Recently I’ve become fascinated by the idea that we are all fledgling buds, blooming from a tree, reaching towards the sky and trying to grow and evolve. But we all have different journeys. Some of us cling to the tree for support, others leap or jump from the tree freely; some find their comfort in the shade of their companions, while others gain confidence from their solitude; some are extroverts flaunting their sexuality, while others like to hide in the shadows. To me the combination of every girl on the tree represents the huge range of human experience and emotions, and more specifically the gamut of emotions that accompany being a female in a world based on perfection, beauty, and transience. They are all ornamental flowers, figuring out their paths through life, growing, falling, jumping, evolving, teetering on the edge, yet they are simultaneously being judged, critiqued, loved, and worshipped by the outside world who, like the viewer, closely examines and gazes upon them through a thick circular lens.

location

X
  • Born: New York, NY, USA
  • Based: New York, NY, USA

comments

X

Spring (Four Seasons Series)

Jessica Lichtenstein

2014 C-print on acrylic. 48 in. x 48 in. x 2 in. Courtesy of gallery nine5.

contributor

X

Jessica Lichtenstein

image description
  • See All Works
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  • visit website

Looking to the classical nude form as inspiration, Jessica Lichtenstein explores modern international reinterpretations of female depictions. Beginning her career with placing hyper-sexualized Japanese figurines into domesticated environments, Lichtenstein’s exploration into the female form has since evolved to incorporate glimpses of female sexuality in textiles, furniture, acrylic prints, mirrors, and chrome. Pulling viewers into her utopian, phantasmagoric worlds, Lichtenstein asks her viewers, male and female alike, to re-consider the many complexities of femininity.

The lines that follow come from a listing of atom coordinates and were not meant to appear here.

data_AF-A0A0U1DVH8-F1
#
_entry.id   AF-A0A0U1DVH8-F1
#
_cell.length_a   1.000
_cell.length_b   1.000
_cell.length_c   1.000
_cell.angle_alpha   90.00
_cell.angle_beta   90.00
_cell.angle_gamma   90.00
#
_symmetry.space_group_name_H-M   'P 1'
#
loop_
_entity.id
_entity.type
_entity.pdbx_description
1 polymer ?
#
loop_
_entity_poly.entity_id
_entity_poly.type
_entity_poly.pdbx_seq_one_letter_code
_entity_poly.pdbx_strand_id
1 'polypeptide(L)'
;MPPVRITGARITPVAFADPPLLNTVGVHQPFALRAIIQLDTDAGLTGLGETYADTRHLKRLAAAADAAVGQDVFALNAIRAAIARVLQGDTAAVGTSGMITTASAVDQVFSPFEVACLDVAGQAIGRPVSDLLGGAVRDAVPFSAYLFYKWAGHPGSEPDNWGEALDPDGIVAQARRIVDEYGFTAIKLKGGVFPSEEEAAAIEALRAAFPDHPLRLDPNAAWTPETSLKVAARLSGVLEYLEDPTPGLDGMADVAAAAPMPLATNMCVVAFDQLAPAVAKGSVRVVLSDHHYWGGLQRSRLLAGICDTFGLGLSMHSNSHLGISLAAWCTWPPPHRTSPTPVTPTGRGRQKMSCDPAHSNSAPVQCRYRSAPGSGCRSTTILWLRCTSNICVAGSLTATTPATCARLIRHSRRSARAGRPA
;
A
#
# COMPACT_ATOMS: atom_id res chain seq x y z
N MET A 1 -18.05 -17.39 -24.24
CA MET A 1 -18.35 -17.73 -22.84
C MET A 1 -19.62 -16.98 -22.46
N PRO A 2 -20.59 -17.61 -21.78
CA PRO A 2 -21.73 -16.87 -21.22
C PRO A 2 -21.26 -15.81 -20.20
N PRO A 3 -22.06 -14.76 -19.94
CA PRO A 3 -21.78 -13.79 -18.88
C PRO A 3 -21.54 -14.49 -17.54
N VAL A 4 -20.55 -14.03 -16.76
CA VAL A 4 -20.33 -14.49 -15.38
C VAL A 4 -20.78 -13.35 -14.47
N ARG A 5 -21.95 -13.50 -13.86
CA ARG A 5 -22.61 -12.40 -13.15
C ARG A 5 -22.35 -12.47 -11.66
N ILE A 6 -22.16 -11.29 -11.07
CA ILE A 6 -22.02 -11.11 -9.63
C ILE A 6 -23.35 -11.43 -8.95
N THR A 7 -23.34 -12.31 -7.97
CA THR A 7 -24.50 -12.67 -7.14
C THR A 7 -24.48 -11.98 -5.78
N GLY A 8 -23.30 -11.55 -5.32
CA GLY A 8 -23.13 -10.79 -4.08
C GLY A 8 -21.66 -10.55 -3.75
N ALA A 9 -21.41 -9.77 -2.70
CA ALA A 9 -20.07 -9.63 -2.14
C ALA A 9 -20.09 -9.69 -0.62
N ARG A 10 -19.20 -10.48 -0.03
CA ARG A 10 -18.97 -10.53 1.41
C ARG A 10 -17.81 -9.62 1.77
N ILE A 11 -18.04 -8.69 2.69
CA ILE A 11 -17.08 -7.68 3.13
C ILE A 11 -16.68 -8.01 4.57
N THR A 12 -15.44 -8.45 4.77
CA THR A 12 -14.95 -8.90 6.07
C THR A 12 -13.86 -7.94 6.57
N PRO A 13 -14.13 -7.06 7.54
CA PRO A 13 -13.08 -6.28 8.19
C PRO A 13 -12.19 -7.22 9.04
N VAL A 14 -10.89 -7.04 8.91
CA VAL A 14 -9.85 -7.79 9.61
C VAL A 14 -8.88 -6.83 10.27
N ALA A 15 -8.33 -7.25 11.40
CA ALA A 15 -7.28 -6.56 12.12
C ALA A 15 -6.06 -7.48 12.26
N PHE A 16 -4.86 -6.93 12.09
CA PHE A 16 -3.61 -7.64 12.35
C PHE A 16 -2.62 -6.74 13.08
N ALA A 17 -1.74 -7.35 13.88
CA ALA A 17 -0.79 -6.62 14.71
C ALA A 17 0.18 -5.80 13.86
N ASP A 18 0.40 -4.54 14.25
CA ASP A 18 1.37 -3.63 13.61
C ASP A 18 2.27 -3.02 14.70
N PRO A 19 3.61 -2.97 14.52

Her latest series departs from the overt sexuality of Japanese anime culture and investigates the simultaneous anonymity and specificity of female characteristics. The faceless, repeating effeminate forms represent both the community of women in the world and the individuated characteristics that make up a single woman. Varied body positions differentiate each figure and yet harmoniously contribute to the texture of the leafy, vibrant tree that unifies them.

The unique shape of the works, whether in Lichtenstein’s famed word pieces or the circles of her Four Seasons Series, enhances and contains the meaning within. Words and shapes inform and define the worlds inside, lush and inviting and ripe with intricacy.